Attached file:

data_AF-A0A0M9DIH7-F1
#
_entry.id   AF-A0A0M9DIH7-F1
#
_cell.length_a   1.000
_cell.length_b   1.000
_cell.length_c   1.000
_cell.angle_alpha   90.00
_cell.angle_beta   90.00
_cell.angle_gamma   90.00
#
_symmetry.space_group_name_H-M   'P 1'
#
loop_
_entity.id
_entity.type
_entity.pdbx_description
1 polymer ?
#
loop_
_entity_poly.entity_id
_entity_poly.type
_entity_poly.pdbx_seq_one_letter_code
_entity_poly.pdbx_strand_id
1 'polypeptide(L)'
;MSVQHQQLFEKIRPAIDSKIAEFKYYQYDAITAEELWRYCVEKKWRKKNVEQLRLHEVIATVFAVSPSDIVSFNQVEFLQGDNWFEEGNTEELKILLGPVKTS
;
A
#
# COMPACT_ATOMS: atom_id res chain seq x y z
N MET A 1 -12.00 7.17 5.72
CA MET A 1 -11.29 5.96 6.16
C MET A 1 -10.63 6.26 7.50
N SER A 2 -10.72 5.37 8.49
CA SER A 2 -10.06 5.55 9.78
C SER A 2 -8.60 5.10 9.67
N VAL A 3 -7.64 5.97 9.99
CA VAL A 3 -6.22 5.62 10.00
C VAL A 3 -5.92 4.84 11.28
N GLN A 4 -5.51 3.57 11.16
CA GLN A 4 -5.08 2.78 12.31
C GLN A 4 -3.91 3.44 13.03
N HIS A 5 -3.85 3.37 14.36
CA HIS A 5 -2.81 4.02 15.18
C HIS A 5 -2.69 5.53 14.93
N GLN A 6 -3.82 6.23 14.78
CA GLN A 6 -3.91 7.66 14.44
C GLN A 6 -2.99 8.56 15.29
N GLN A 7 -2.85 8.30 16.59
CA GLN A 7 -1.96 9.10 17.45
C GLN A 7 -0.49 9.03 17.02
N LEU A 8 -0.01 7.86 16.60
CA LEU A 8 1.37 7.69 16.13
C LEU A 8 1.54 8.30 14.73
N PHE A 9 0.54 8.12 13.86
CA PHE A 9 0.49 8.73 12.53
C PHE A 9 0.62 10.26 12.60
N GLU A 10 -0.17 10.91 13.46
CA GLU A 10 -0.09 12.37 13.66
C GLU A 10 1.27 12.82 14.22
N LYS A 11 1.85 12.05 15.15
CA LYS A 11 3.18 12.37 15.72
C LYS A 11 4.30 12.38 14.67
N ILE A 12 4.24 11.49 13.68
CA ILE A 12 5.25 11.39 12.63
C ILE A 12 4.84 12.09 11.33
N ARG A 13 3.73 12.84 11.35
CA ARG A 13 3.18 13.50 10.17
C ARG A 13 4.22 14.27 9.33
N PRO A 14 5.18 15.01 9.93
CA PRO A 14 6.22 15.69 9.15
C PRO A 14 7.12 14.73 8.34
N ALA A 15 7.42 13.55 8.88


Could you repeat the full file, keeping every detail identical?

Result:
data_AF-A0A0M9DIH7-F1
#
_entry.id   AF-A0A0M9DIH7-F1
#
_cell.length_a   1.000
_cell.length_b   1.000
_cell.length_c   1.000
_cell.angle_alpha   90.00
_cell.angle_beta   90.00
_cell.angle_gamma   90.00
#
_symmetry.space_group_name_H-M   'P 1'
#
loop_
_entity.id
_entity.type
_entity.pdbx_description
1 polymer ?
#
loop_
_entity_poly.entity_id
_entity_poly.type
_entity_poly.pdbx_seq_one_letter_code
_entity_poly.pdbx_strand_id
1 'polypeptide(L)'
;MSVQHQQLFEKIRPAIDSKIAEFKYYQYDAITAEELWRYCVEKKWRKKNVEQLRLHEVIATVFAVSPSDIVSFNQVEFLQGDNWFEEGNTEELKILLGPVKTS
;
A
#
# COMPACT_ATOMS: atom_id res chain seq x y z
N MET A 1 -12.00 7.17 5.72
CA MET A 1 -11.29 5.96 6.16
C MET A 1 -10.63 6.26 7.50
N SER A 2 -10.72 5.37 8.49
CA SER A 2 -10.06 5.55 9.78
C SER A 2 -8.60 5.10 9.67
N VAL A 3 -7.64 5.97 9.99
CA VAL A 3 -6.22 5.62 10.00
C VAL A 3 -5.92 4.84 11.28
N GLN A 4 -5.51 3.57 11.16
CA GLN A 4 -5.08 2.78 12.31
C GLN A 4 -3.91 3.44 13.03
N HIS A 5 -3.85 3.37 14.36
CA HIS A 5 -2.81 4.02 15.18
C HIS A 5 -2.69 5.53 14.93
N GLN A 6 -3.82 6.23 14.78
CA GLN A 6 -3.91 7.66 14.44
C GLN A 6 -2.99 8.56 15.29
N GLN A 7 -2.85 8.30 16.59
CA GLN A 7 -1.96 9.10 17.45
C GLN A 7 -0.49 9.03 17.02
N LEU A 8 -0.01 7.86 16.60
CA LEU A 8 1.37 7.69 16.13
C LEU A 8 1.54 8.30 14.73
N PHE A 9 0.54 8.12 13.86
CA PHE A 9 0.49 8.73 12.53
C PHE A 9 0.62 10.26 12.60
N GLU A 10 -0.17 10.91 13.46
CA GLU A 10 -0.09 12.37 13.66
C GLU A 10 1.27 12.82 14.22
N LYS A 11 1.85 12.05 15.15
CA LYS A 11 3.18 12.37 15.72
C LYS A 11 4.30 12.38 14.67
N ILE A 12 4.24 11.49 13.68
CA ILE A 12 5.25 11.39 12.63
C ILE A 12 4.84 12.09 11.33
N ARG A 13 3.73 12.84 11.35
CA ARG A 13 3.18 13.50 10.17
C ARG A 13 4.22 14.27 9.33
N PRO A 14 5.18 15.01 9.93
CA PRO A 14 6.22 15.69 9.15
C PRO A 14 7.12 14.73 8.34
N ALA A 15 7.42 13.55 8.88